Spider-Man issue 1 cover by Todd McFarlane, 1990, sold for $358,500. This was the big item of the auction, or at least was supposed to be, even featured on the cover of the auction catalogue. A truly iconic image for those who collected comics in the 1990s and a sign of the downfall of comic speculation. This piece sums up the auction for me: fourty somethings who collected as teenagers now able to afford this kind of investment. I can’t see how this cover can command anywhere near the price it achieved. Source.
Heritage has the best scans. I would think that being able to see the line work up close and the subtle densities of black would be invaluable to up and coming illustrators…
DD#181 – Definitely advantage seller. But what I think this has going for it is that it’s a “poster” shot of DD. Like Walt said previously, he wouldn’t buy a Buscema page without Conan… From an investment stand point, he’s correct but it says little about the actual art itself. As well, #181 is a key book.
The FM page(s) that I covet most is his work from DD#191 and Ronin. DD#191 in particular was very unique with an unusual, sudden change in style. I assume it was a test flight to where he would eventually land in Ronin.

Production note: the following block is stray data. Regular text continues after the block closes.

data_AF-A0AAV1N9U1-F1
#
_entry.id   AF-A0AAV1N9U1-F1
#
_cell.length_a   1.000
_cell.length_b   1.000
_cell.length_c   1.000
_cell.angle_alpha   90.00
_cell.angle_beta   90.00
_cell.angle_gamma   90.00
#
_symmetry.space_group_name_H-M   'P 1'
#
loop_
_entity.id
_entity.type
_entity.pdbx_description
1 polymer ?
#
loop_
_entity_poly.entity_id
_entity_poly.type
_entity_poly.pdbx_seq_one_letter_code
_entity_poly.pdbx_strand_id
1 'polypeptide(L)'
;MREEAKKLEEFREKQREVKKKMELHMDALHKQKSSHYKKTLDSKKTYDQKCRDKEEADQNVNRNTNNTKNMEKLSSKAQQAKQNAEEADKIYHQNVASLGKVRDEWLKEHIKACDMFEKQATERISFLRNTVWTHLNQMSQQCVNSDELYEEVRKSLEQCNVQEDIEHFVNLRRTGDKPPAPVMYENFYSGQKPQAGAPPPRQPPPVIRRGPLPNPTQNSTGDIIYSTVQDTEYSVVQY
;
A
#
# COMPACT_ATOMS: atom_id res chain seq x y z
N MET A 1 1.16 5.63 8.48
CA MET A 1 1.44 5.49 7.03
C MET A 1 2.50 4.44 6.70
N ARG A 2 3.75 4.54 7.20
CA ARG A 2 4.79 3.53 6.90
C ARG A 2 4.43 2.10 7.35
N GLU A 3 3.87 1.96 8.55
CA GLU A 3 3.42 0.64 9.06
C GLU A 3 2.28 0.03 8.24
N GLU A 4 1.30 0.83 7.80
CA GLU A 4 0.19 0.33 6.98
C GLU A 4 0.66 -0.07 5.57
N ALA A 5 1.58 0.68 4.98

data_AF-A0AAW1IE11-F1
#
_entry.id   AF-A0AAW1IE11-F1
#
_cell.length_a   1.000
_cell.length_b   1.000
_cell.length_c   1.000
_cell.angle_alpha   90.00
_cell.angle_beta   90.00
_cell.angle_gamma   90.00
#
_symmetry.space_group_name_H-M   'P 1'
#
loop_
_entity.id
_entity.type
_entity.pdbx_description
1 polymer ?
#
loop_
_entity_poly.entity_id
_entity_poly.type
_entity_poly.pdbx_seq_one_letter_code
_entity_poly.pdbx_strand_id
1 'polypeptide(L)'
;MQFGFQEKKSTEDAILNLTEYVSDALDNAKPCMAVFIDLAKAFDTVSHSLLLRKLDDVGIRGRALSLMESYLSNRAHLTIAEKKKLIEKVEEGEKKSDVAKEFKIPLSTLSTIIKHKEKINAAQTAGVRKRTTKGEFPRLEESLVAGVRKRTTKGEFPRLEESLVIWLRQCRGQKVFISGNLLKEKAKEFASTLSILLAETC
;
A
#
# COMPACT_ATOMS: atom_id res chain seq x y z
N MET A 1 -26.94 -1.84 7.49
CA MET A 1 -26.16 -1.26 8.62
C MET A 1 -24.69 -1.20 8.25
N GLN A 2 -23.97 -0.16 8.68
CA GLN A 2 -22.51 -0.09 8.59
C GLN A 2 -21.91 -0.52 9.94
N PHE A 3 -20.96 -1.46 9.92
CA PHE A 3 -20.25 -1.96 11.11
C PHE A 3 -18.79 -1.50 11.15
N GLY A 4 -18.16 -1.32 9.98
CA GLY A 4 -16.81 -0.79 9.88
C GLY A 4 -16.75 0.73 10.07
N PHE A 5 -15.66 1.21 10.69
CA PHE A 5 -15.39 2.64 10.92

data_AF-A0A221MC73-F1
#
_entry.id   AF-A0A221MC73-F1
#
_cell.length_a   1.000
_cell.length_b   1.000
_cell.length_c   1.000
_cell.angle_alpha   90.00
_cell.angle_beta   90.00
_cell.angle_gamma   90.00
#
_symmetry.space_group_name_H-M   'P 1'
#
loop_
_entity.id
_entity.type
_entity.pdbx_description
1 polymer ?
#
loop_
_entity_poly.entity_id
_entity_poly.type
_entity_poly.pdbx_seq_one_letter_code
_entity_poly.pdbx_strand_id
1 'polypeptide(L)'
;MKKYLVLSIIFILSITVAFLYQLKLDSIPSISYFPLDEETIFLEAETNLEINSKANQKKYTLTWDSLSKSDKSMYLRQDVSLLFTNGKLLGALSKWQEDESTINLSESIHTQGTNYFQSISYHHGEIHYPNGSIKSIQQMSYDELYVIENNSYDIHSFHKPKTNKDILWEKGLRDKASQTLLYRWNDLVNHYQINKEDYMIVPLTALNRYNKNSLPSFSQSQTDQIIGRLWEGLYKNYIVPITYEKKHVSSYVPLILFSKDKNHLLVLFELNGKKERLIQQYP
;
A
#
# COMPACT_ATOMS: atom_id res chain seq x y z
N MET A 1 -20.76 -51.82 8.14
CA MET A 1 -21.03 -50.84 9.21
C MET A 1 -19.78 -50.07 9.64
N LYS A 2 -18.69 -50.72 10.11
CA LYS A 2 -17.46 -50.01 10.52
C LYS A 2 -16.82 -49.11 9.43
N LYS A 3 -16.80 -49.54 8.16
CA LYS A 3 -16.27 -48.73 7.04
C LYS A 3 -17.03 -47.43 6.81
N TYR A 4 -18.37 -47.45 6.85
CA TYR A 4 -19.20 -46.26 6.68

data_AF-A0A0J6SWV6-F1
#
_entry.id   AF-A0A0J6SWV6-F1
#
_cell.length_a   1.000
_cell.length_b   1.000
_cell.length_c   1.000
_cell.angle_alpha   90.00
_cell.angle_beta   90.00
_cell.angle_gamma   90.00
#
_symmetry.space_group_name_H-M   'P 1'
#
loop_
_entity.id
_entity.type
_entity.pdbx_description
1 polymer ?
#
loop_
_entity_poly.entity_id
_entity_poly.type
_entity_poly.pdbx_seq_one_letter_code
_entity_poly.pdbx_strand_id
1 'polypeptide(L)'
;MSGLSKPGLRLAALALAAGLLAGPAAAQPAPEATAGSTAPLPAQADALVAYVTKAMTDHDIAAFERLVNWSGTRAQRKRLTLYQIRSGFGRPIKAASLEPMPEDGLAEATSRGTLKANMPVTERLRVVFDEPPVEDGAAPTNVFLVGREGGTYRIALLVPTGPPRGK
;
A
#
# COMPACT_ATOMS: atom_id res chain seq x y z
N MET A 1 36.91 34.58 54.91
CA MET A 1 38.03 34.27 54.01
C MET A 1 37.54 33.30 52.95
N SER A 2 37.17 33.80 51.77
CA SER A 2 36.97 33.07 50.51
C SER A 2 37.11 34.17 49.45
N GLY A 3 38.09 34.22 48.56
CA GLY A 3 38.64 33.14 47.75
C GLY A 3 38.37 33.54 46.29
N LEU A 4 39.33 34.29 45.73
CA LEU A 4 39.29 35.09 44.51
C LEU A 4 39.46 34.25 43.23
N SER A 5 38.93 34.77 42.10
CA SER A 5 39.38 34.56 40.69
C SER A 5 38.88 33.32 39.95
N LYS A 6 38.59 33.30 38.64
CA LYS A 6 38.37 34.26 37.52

FF#267 – Agreed. I’ve seen lesser complete stories sell for $30k. The FF#267 is not key and is relatively new… but it is complete and it’s John Byrne. It’s not uncommon to see Byrnes pre 80’s work sell for $8k and above… per page! I suspect this buyer will eventually be able to recoup his cost… with gravy.
Jeff Jones – Note the ochre under painting… a very traditional technique. Only $3600… I’ll take two!
Spidey#1 – Advantage seller…? I’m not so sure about this one. $360k is a lot money but McFarlane is a big part of comic history. And aside from ASM#300, I can’t think of a more quintessential McFarlane cover that is symbolic… as you say of the 90’s… but also, a new approach comics. This is a modern version of IM#1 or Cap#100 that often get referenced in write ups. A classic poster image that embodies the spirit of the character, the era and the artist. Too bad the comic itself is a dud stuck in the dollar bins.